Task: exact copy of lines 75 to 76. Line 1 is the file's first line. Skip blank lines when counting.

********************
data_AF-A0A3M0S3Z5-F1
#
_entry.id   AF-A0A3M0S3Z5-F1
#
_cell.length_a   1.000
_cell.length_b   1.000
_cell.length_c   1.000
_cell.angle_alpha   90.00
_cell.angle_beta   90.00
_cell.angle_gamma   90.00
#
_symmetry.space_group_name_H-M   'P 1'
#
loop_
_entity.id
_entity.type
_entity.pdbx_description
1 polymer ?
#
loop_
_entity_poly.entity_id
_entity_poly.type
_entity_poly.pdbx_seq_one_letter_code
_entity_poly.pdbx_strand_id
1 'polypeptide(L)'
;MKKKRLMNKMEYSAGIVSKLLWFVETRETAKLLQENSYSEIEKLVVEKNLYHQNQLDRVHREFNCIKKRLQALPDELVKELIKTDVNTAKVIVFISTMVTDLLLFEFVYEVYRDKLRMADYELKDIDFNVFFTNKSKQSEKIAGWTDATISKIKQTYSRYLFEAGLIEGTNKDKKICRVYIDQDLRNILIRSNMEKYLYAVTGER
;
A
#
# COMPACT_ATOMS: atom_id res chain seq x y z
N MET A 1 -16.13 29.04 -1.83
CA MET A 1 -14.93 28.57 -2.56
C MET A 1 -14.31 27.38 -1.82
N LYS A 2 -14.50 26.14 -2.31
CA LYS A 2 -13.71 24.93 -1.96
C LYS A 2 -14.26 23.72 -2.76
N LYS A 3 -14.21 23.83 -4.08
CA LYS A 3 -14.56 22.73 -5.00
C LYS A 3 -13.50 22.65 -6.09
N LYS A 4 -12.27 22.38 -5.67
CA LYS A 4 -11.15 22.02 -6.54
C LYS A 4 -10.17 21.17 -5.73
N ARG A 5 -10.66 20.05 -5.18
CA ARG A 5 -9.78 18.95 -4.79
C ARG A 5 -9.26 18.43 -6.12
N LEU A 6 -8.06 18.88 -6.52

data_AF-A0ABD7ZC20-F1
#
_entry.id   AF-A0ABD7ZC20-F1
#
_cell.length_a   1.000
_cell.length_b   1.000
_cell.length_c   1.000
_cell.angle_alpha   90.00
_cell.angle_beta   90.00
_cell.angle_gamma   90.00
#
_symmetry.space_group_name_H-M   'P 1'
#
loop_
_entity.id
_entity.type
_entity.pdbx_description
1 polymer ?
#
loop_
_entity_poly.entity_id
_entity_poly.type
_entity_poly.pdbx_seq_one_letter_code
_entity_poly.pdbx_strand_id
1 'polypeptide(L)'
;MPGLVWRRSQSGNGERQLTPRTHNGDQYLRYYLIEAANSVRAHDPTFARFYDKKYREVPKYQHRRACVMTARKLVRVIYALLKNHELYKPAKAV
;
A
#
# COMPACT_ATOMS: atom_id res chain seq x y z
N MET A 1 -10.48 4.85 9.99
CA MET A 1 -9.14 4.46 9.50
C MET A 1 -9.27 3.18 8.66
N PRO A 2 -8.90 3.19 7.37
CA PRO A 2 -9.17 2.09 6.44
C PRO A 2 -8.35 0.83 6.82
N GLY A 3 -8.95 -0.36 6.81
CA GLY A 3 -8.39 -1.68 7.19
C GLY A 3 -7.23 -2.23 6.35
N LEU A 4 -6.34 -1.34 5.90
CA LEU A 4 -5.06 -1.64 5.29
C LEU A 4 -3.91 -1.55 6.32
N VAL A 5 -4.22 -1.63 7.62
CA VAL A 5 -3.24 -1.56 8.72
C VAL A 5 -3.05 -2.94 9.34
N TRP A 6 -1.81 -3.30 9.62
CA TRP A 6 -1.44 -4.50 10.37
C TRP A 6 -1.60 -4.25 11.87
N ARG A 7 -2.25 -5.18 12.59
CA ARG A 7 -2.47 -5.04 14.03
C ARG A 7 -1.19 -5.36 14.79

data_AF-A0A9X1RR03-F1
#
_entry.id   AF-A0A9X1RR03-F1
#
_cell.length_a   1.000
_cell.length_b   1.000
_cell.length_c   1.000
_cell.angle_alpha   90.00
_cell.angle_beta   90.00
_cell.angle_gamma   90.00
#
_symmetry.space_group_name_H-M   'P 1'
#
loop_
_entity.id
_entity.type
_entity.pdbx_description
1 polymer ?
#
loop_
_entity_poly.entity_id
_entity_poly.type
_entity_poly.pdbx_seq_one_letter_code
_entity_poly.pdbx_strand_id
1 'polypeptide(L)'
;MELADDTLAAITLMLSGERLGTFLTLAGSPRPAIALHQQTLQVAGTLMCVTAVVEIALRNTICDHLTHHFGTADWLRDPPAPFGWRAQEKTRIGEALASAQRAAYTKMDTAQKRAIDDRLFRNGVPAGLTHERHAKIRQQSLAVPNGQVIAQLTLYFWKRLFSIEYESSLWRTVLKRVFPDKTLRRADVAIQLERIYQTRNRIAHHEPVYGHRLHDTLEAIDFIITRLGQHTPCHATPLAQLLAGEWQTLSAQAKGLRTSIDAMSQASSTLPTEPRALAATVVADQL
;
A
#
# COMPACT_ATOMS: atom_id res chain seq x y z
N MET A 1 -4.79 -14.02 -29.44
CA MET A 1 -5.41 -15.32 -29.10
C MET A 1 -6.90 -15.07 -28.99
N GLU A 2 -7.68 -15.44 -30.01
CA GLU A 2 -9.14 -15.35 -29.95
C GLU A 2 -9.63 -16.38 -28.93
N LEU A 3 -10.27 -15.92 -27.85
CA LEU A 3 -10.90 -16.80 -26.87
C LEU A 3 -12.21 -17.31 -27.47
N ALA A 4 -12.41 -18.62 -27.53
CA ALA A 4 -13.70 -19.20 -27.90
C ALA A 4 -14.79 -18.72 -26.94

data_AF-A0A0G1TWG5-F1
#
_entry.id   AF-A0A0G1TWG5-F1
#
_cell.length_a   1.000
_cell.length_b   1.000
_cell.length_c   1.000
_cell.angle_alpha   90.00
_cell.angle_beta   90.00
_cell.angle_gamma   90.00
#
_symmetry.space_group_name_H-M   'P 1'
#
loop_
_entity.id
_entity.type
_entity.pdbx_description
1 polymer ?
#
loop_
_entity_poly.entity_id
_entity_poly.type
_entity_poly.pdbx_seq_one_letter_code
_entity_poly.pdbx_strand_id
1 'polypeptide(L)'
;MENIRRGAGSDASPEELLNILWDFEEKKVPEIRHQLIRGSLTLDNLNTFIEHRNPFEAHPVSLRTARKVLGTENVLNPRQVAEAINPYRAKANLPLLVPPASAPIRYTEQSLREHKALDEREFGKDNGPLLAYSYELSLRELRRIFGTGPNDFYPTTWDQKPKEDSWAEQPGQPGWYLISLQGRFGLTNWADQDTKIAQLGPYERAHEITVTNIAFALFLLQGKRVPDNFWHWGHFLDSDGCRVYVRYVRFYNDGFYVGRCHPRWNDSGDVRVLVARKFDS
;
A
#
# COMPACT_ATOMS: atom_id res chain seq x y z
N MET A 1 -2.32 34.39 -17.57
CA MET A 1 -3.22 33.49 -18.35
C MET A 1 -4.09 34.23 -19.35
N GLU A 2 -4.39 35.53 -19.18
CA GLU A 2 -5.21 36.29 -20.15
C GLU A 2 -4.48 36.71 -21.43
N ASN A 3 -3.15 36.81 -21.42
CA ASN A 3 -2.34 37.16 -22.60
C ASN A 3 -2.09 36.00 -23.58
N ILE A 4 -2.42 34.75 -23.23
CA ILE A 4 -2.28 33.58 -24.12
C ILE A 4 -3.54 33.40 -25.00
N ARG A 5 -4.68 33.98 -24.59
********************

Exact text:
#
# COMPACT_ATOMS: atom_id res chain seq x y z